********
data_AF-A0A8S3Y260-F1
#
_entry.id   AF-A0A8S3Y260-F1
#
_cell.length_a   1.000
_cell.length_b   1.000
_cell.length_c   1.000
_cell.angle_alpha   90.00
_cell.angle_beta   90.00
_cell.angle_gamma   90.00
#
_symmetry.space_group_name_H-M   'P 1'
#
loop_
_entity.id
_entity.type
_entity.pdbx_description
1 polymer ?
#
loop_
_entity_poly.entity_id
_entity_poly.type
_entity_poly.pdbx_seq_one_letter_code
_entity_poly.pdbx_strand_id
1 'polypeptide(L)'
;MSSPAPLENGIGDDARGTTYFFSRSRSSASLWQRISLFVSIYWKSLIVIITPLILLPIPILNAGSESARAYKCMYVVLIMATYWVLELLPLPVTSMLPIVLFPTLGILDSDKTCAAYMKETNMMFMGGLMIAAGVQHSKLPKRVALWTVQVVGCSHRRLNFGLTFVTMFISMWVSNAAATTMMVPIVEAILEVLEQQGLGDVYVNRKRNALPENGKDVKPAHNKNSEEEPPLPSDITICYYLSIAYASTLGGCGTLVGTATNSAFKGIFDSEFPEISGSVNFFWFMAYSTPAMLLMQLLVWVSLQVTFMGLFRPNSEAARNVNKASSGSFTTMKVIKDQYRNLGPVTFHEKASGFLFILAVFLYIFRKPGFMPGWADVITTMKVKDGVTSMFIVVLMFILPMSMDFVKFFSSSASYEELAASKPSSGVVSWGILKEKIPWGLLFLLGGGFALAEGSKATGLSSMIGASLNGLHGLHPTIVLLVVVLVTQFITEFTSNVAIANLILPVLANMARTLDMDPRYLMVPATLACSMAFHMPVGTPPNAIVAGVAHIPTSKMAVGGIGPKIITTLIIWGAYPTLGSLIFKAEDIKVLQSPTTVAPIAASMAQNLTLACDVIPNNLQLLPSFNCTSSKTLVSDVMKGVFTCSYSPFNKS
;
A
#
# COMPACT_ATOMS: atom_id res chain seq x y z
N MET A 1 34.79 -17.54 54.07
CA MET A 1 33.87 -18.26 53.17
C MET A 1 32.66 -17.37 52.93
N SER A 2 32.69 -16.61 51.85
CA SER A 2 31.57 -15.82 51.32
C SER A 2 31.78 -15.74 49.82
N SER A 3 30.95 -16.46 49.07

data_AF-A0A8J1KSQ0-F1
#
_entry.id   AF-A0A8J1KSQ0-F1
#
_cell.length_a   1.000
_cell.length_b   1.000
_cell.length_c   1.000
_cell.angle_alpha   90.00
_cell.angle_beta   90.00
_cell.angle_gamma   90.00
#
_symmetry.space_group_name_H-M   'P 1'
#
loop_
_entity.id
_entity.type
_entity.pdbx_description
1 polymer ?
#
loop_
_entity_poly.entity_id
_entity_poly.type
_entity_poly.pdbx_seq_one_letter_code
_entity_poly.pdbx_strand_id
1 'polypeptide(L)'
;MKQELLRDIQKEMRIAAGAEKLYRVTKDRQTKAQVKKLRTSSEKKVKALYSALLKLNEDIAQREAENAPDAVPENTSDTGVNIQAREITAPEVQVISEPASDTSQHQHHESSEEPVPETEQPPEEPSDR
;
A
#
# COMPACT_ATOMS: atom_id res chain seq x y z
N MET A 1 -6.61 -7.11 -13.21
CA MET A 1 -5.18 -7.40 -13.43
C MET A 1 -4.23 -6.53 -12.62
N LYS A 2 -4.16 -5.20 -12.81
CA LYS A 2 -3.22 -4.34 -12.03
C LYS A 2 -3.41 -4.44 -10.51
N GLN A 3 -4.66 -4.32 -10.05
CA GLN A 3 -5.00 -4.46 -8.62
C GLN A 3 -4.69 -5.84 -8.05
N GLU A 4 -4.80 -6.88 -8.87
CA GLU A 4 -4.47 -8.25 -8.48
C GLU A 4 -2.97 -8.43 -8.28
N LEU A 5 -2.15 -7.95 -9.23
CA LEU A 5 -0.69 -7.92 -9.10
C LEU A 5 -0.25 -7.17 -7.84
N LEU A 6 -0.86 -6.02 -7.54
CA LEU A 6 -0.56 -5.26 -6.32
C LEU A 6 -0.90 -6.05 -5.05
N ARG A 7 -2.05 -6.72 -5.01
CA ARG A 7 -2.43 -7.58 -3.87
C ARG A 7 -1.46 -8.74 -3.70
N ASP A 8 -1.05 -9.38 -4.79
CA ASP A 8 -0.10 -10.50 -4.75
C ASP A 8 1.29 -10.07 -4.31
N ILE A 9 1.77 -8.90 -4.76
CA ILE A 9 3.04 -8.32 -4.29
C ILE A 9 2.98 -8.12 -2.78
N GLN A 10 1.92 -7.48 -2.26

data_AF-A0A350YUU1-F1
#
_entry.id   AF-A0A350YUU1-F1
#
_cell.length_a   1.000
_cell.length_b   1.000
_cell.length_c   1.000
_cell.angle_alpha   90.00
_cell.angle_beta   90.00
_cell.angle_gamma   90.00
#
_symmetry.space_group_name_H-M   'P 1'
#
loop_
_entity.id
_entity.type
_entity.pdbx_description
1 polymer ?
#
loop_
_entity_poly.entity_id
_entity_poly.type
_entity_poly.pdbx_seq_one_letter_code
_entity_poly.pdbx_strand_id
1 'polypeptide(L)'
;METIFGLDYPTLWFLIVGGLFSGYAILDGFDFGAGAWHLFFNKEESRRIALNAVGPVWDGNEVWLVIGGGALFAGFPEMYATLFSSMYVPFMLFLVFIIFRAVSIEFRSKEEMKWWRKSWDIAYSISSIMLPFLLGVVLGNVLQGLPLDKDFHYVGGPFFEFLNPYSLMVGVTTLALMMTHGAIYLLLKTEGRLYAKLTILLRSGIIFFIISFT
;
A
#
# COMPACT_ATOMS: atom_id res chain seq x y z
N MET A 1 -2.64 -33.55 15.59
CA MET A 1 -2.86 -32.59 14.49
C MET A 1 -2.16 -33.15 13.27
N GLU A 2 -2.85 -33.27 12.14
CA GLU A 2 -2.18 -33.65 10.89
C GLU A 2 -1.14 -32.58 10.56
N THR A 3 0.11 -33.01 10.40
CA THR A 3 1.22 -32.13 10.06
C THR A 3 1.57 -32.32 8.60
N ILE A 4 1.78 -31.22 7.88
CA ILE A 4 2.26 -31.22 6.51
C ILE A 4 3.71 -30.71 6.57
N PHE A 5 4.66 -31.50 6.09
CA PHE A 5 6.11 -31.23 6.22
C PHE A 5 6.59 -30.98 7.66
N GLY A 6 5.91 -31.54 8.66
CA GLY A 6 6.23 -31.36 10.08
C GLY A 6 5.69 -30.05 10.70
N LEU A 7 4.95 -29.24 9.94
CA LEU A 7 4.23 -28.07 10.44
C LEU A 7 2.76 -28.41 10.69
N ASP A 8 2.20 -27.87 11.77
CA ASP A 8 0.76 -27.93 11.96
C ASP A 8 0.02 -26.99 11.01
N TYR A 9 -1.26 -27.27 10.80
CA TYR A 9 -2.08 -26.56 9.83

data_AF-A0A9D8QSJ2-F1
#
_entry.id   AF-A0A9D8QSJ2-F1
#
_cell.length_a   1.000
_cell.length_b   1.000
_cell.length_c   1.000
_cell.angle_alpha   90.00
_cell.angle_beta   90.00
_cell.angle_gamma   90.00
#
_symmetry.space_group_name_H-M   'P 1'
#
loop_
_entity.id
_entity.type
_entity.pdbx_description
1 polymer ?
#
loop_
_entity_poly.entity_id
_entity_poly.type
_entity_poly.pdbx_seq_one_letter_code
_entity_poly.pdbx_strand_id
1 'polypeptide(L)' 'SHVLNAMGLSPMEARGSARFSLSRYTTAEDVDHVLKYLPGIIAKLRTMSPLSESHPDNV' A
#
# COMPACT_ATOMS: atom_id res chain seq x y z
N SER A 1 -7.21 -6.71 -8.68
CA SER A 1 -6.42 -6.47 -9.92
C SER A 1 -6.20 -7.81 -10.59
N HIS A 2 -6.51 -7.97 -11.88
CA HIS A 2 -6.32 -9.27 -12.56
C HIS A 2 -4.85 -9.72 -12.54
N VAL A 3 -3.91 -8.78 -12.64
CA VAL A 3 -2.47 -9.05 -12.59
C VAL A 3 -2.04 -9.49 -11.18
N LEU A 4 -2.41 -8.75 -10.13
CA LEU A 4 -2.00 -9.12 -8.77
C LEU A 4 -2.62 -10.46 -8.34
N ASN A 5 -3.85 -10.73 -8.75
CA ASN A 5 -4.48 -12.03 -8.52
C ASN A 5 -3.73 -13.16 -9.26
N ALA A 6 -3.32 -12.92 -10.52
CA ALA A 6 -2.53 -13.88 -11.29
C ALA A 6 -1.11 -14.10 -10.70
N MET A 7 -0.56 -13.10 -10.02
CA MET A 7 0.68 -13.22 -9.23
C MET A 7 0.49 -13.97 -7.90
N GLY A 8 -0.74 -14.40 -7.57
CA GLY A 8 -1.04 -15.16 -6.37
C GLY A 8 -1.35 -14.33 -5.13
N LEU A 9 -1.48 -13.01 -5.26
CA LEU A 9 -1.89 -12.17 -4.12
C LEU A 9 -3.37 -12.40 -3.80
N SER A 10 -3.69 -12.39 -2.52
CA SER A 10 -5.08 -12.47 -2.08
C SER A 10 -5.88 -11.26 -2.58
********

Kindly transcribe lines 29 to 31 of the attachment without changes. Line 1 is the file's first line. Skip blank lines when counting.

#
# COMPACT_ATOMS: atom_id res chain seq x y z
N MET A 1 34.79 -17.54 54.07